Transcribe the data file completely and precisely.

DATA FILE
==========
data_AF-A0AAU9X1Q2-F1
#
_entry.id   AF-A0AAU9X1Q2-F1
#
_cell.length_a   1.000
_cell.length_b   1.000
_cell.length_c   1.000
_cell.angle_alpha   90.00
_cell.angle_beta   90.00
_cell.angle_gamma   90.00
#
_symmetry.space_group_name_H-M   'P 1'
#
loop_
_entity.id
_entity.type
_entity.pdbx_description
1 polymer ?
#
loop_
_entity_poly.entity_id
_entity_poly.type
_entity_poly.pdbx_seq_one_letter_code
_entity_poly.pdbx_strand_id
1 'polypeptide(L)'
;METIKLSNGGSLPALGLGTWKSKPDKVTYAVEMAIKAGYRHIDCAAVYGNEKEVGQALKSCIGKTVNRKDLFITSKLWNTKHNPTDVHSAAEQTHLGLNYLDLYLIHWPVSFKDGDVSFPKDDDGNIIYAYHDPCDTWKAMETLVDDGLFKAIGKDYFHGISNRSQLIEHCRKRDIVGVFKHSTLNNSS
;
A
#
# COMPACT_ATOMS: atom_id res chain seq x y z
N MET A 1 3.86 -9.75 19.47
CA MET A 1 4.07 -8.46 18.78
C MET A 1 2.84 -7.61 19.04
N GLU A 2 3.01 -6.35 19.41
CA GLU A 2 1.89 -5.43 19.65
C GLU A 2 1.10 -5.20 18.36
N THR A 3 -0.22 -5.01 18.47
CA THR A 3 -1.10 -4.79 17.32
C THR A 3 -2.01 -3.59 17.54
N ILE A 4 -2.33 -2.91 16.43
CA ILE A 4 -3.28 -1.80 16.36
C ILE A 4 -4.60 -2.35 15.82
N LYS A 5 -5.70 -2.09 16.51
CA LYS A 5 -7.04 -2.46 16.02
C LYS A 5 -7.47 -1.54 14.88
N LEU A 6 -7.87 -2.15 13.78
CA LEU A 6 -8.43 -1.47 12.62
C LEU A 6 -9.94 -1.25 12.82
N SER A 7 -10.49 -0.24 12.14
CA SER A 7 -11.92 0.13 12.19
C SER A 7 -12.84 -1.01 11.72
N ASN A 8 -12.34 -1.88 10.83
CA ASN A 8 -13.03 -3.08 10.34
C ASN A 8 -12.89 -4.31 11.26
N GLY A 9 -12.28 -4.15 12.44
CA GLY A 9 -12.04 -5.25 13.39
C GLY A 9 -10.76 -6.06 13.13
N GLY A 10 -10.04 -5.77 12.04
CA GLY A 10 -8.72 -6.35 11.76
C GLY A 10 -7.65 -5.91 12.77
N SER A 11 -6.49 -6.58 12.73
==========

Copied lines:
data_AF-A0AAU9X1Q2-F1
#
_entry.id   AF-A0AAU9X1Q2-F1
#
_cell.length_a   1.000
_cell.length_b   1.000
_cell.length_c   1.000
_cell.angle_alpha   90.00
_cell.angle_beta   90.00
_cell.angle_gamma   90.00
#
_symmetry.space_group_name_H-M   'P 1'
#
loop_
_entity.id
_entity.type
_entity.pdbx_description
1 polymer ?
#
loop_
_entity_poly.entity_id
_entity_poly.type
_entity_poly.pdbx_seq_one_letter_code
_entity_poly.pdbx_strand_id
1 'polypeptide(L)'
;METIKLSNGGSLPALGLGTWKSKPDKVTYAVEMAIKAGYRHIDCAAVYGNEKEVGQALKSCIGKTVNRKDLFITSKLWNTKHNPTDVHSAAEQTHLGLNYLDLYLIHWPVSFKDGDVSFPKDDDGNIIYAYHDPCDTWKAMETLVDDGLFKAIGKDYFHGISNRSQLIEHCRKRDIVGVFKHSTLNNSS
;
A
#
# COMPACT_ATOMS: atom_id res chain seq x y z
N MET A 1 3.86 -9.75 19.47
CA MET A 1 4.07 -8.46 18.78
C MET A 1 2.84 -7.61 19.04
N GLU A 2 3.01 -6.35 19.41
CA GLU A 2 1.89 -5.43 19.65
C GLU A 2 1.10 -5.20 18.36
N THR A 3 -0.22 -5.01 18.47
CA THR A 3 -1.10 -4.79 17.32
C THR A 3 -2.01 -3.59 17.54
N ILE A 4 -2.33 -2.91 16.43
CA ILE A 4 -3.28 -1.80 16.36
C ILE A 4 -4.60 -2.35 15.82
N LYS A 5 -5.70 -2.09 16.51
CA LYS A 5 -7.04 -2.46 16.02
C LYS A 5 -7.47 -1.54 14.88
N LEU A 6 -7.87 -2.15 13.78
CA LEU A 6 -8.43 -1.47 12.62
C LEU A 6 -9.94 -1.25 12.82
N SER A 7 -10.49 -0.24 12.14
CA SER A 7 -11.92 0.13 12.19
C SER A 7 -12.84 -1.01 11.72
N ASN A 8 -12.34 -1.88 10.83
CA ASN A 8 -13.03 -3.08 10.34
C ASN A 8 -12.89 -4.31 11.26
N GLY A 9 -12.28 -4.15 12.44
CA GLY A 9 -12.04 -5.25 13.39
C GLY A 9 -10.76 -6.06 13.13
N GLY A 10 -10.04 -5.77 12.04
CA GLY A 10 -8.72 -6.35 11.76
C GLY A 10 -7.65 -5.91 12.77
N SER A 11 -6.49 -6.58 12.73